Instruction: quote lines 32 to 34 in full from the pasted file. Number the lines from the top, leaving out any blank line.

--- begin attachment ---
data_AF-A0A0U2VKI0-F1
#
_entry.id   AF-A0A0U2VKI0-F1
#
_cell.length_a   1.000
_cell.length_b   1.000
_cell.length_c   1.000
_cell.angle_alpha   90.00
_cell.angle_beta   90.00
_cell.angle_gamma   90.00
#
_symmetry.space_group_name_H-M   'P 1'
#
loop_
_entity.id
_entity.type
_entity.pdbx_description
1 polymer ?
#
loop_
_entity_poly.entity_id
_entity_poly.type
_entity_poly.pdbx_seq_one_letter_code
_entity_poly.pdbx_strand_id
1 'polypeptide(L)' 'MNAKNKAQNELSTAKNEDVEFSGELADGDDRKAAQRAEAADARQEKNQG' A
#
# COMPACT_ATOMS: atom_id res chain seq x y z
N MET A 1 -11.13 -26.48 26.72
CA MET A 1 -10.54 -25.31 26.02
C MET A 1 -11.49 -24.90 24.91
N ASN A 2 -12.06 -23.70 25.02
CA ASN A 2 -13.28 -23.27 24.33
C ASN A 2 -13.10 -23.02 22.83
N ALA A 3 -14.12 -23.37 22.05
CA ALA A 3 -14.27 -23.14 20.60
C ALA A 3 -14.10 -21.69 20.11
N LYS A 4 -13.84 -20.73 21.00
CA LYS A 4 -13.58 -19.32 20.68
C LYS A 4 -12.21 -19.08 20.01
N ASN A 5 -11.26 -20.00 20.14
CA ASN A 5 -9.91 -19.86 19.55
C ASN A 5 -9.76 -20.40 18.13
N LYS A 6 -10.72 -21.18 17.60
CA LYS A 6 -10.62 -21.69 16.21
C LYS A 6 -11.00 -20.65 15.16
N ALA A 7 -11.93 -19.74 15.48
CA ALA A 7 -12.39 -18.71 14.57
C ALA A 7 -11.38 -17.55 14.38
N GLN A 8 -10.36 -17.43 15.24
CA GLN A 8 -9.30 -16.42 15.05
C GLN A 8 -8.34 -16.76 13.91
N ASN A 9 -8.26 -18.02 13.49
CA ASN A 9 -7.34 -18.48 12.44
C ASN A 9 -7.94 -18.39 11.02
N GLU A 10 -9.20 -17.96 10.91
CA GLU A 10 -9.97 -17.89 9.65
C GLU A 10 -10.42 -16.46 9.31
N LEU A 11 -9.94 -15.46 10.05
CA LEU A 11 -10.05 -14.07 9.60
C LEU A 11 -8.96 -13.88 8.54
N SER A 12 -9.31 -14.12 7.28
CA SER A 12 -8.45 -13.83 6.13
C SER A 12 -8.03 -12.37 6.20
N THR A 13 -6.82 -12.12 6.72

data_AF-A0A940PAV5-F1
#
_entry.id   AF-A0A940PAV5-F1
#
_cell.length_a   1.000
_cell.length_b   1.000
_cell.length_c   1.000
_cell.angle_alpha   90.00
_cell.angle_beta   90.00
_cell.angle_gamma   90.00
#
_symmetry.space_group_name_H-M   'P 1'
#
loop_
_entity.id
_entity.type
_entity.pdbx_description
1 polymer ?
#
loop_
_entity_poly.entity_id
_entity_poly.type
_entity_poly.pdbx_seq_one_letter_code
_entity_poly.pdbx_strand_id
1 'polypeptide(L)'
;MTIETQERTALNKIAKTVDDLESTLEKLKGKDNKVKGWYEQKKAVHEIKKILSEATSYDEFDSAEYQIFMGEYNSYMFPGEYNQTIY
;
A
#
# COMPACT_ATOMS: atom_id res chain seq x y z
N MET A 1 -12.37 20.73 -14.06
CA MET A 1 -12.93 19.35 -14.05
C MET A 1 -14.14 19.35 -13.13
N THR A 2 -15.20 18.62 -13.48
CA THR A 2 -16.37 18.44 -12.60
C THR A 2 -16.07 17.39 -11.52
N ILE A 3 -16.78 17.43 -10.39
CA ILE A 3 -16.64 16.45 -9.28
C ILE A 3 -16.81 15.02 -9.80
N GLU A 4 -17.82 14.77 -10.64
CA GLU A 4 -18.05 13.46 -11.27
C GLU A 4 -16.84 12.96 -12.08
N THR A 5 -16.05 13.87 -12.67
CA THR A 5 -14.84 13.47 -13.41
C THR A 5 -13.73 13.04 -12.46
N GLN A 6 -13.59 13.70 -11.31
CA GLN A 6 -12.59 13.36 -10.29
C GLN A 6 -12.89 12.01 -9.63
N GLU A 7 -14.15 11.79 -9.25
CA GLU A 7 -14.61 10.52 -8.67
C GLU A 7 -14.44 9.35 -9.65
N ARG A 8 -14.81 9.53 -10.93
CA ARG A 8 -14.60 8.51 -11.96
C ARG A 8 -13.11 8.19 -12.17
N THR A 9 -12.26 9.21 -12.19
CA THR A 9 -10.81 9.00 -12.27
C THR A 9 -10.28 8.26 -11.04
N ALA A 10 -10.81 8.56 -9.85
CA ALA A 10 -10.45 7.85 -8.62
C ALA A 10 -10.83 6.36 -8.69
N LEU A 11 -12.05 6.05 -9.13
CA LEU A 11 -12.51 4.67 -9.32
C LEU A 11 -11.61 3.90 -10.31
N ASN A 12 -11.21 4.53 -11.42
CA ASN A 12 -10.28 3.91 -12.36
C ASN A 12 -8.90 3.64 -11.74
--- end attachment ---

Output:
CA ASN A 2 -13.28 -23.27 24.33
C ASN A 2 -13.10 -23.02 22.83
N ALA A 3 -14.12 -23.37 22.05